- The Americans with Disabilities Act (ADA) does not currently address whether websites are public accommodations that must be accessible for people with disabilities, and the courts are divided on this issue.
- On April 7, 2021, the Eleventh Circle decided that websites are not public accommodations.
- The Online Accessibility Act (HR 1100), reintroduced in Congress in February 2021, would include Title VI in the ADA to define websites and mobile applications as places of public accommodation and finally to give companies a certain level of security in this area.
- The proposed law includes provisions on administrative remedies, reporting of violations and enforcement through the Department of Justice (DOJ) or through private litigation rights.
In February 2021, Reps. Budd (R-NC), Hudson (R-NC) and Correa (D-CA) reinstated HR 1100, known as the Online Accessibility Act. Originally introduced in 2020, the law would amend the ADA to include an additional provision, Title VI: Consumer-Oriented Websites and Mobile Applications owned or operated by a private entity. Title VI would require that any consumer-facing website or mobile application “substantially conforms” to the Web Accessibility Standards (WCAG) 2.0 Level A and Level AA, or provide an equivalent alternative means of access for people with disabilities to the content available on the website. WCAG is a standard published by the non-profit World Wide Web Consortium, also known as the W3C. Many organizations consider WCAG 2.1 Level AA to be the current gold standard for accessibility in digital spaces.
The ADA prohibits discrimination against people with disabilities in a number of areas. According to Title III, this prohibition generally means that “public accommodation” must be accessible to people with disabilities. Public accommodation includes restaurants, hotels, theaters, grocery stores, banks, pharmacies, retail stores, airports, museums, libraries, and parks, among others. When the ADA became law in 1990, the Internet was still in its infancy, so it is not surprising that Congress failed to foresee the need to include the accessibility of websites or other digital spaces in this law.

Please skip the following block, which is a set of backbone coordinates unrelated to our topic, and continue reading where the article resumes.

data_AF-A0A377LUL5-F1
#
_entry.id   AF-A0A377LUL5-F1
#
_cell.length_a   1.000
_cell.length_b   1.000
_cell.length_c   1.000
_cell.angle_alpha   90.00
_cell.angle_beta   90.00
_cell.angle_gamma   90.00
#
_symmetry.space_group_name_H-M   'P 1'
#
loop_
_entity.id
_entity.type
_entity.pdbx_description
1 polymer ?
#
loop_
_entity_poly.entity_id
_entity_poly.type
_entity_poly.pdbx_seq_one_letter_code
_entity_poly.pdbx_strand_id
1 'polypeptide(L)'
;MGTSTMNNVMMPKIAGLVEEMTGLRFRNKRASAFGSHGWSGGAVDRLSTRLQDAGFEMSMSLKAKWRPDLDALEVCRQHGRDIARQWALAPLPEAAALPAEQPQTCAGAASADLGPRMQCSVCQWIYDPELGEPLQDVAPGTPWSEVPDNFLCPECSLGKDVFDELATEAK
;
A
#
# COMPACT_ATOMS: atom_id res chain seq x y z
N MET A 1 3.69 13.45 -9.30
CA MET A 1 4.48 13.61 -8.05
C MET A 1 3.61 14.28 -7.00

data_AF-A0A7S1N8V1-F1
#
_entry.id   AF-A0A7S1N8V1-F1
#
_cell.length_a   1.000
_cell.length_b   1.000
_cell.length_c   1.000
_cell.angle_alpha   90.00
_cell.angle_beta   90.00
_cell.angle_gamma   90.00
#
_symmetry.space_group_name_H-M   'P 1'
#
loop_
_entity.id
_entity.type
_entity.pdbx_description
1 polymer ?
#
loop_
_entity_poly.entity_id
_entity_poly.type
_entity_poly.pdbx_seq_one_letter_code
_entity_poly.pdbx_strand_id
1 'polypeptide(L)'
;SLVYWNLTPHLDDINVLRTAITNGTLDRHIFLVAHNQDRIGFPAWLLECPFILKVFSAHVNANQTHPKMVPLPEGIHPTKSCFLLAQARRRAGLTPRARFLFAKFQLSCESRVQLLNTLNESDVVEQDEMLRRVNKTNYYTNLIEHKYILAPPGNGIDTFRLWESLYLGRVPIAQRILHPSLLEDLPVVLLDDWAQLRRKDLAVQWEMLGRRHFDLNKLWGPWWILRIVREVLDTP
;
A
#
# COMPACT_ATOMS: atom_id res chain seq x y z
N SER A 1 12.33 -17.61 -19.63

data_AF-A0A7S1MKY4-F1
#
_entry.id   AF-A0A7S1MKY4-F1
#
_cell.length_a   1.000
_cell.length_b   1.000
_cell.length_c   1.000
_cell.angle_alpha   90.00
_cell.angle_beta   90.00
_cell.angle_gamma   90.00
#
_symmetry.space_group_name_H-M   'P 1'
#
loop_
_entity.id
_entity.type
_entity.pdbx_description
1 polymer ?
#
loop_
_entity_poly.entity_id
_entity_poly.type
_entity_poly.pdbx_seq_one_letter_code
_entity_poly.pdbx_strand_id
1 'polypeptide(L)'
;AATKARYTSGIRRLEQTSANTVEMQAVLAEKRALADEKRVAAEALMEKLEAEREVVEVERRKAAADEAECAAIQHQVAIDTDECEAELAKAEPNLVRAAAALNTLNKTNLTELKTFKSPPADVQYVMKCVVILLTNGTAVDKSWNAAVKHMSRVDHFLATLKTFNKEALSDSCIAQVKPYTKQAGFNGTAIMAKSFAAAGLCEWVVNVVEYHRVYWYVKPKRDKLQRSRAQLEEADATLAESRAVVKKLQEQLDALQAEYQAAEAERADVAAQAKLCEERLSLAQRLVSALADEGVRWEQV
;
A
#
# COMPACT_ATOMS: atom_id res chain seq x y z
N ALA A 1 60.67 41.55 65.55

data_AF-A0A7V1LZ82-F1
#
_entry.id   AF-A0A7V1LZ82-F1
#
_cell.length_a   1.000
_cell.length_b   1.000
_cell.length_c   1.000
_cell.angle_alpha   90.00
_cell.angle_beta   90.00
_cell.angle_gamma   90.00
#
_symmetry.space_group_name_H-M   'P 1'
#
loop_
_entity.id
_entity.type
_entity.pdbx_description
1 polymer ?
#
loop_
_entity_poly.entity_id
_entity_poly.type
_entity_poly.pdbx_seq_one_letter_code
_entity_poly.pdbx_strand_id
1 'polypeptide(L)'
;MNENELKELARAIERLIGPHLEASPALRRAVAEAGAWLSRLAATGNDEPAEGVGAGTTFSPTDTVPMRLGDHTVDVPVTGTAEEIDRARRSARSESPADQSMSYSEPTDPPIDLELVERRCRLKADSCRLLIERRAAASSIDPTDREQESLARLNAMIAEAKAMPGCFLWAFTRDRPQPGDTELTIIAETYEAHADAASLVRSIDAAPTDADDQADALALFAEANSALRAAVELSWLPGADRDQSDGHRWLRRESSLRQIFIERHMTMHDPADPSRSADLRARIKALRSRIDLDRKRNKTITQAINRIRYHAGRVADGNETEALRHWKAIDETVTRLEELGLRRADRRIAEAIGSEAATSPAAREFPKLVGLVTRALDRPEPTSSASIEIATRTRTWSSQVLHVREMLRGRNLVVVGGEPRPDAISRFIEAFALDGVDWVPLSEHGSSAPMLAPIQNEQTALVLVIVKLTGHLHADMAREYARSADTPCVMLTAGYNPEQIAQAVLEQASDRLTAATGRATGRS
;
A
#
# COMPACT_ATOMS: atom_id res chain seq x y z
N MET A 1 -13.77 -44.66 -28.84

But by 2021, the internet will be a ubiquitous tool, allowing virtually all aspects of business and personal affairs to be done online. This reality begs the question: Can a digital space also be a “place” of public accommodation that needs to be made accessible? Many courts have grappled with this issue, with inconsistent results across circles. For example, in the ninth circle, a website with no connection to a physical location would not be considered public accommodation; the same website would be a public accommodation on the Seventh Circuit. Compare Earll v. eBay, Inc., 599 F. App’x 695, 696 (9th Cir. 2015) with Morgan v. Joint Admin. Vol., Ret. Plan from Pillsbury Co. & Am. Fed’n of Grain Millers, AFL-CIO-CLC, 268 F.3d 456 (7th Cir. 2001). Most recently, on April 7, 2021, the Eleventh Circle ruled that websites are not public accommodations. Gil v. Winn-Dixie Stores, Inc., 993 F.3d 1266, 1277 (11th Cir. 2021). The plaintiff’s application to the Eleventh District for a dress rehearsal is pending.